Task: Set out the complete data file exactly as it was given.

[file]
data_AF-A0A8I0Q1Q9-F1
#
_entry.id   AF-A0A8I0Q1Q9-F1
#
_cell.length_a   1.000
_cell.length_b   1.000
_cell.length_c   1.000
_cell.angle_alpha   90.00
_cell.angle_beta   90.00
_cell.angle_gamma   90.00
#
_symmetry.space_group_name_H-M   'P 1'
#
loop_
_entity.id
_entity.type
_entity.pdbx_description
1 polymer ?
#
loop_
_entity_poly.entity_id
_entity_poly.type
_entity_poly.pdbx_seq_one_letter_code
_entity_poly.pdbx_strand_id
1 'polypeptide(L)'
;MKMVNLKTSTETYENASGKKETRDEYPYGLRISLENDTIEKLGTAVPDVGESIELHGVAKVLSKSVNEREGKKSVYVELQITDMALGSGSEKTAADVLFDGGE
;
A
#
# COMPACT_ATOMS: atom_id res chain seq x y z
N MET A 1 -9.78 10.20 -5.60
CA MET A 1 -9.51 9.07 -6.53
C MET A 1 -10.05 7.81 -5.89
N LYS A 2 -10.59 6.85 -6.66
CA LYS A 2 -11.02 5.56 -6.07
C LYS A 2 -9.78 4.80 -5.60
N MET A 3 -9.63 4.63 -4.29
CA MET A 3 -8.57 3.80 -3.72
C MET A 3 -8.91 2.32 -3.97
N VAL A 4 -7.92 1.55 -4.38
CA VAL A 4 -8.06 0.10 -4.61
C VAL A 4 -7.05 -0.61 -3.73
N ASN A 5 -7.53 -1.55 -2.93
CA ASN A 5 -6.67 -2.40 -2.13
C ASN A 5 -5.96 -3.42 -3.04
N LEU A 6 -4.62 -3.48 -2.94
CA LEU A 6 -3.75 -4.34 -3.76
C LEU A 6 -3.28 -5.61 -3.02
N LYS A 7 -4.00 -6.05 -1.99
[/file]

data_AF-A0A8I0Q1Q9-F1
#
_entry.id   AF-A0A8I0Q1Q9-F1
#
_cell.length_a   1.000
_cell.length_b   1.000
_cell.length_c   1.000
_cell.angle_alpha   90.00
_cell.angle_beta   90.00
_cell.angle_gamma   90.00
#
_symmetry.space_group_name_H-M   'P 1'
#
loop_
_entity.id
_entity.type
_entity.pdbx_description
1 polymer ?
#
loop_
_entity_poly.entity_id
_entity_poly.type
_entity_poly.pdbx_seq_one_letter_code
_entity_poly.pdbx_strand_id
1 'polypeptide(L)'
;MKMVNLKTSTETYENASGKKETRDEYPYGLRISLENDTIEKLGTAVPDVGESIELHGVAKVLSKSVNEREGKKSVYVELQITDMALGSGSEKTAADVLFDGGE
;
A
#
# COMPACT_ATOMS: atom_id res chain seq x y z
N MET A 1 -9.78 10.20 -5.60
CA MET A 1 -9.51 9.07 -6.53
C MET A 1 -10.05 7.81 -5.89
N LYS A 2 -10.59 6.85 -6.66
CA LYS A 2 -11.02 5.56 -6.07
C LYS A 2 -9.78 4.80 -5.60
N MET A 3 -9.63 4.63 -4.29
CA MET A 3 -8.57 3.80 -3.72
C MET A 3 -8.91 2.32 -3.97
N VAL A 4 -7.92 1.55 -4.38
CA VAL A 4 -8.06 0.10 -4.61
C VAL A 4 -7.05 -0.61 -3.73
N ASN A 5 -7.53 -1.55 -2.93
CA ASN A 5 -6.67 -2.40 -2.13
C ASN A 5 -5.96 -3.42 -3.04
N LEU A 6 -4.62 -3.48 -2.94
CA LEU A 6 -3.75 -4.34 -3.76
C LEU A 6 -3.28 -5.61 -3.02
N LYS A 7 -4.00 -6.05 -1.99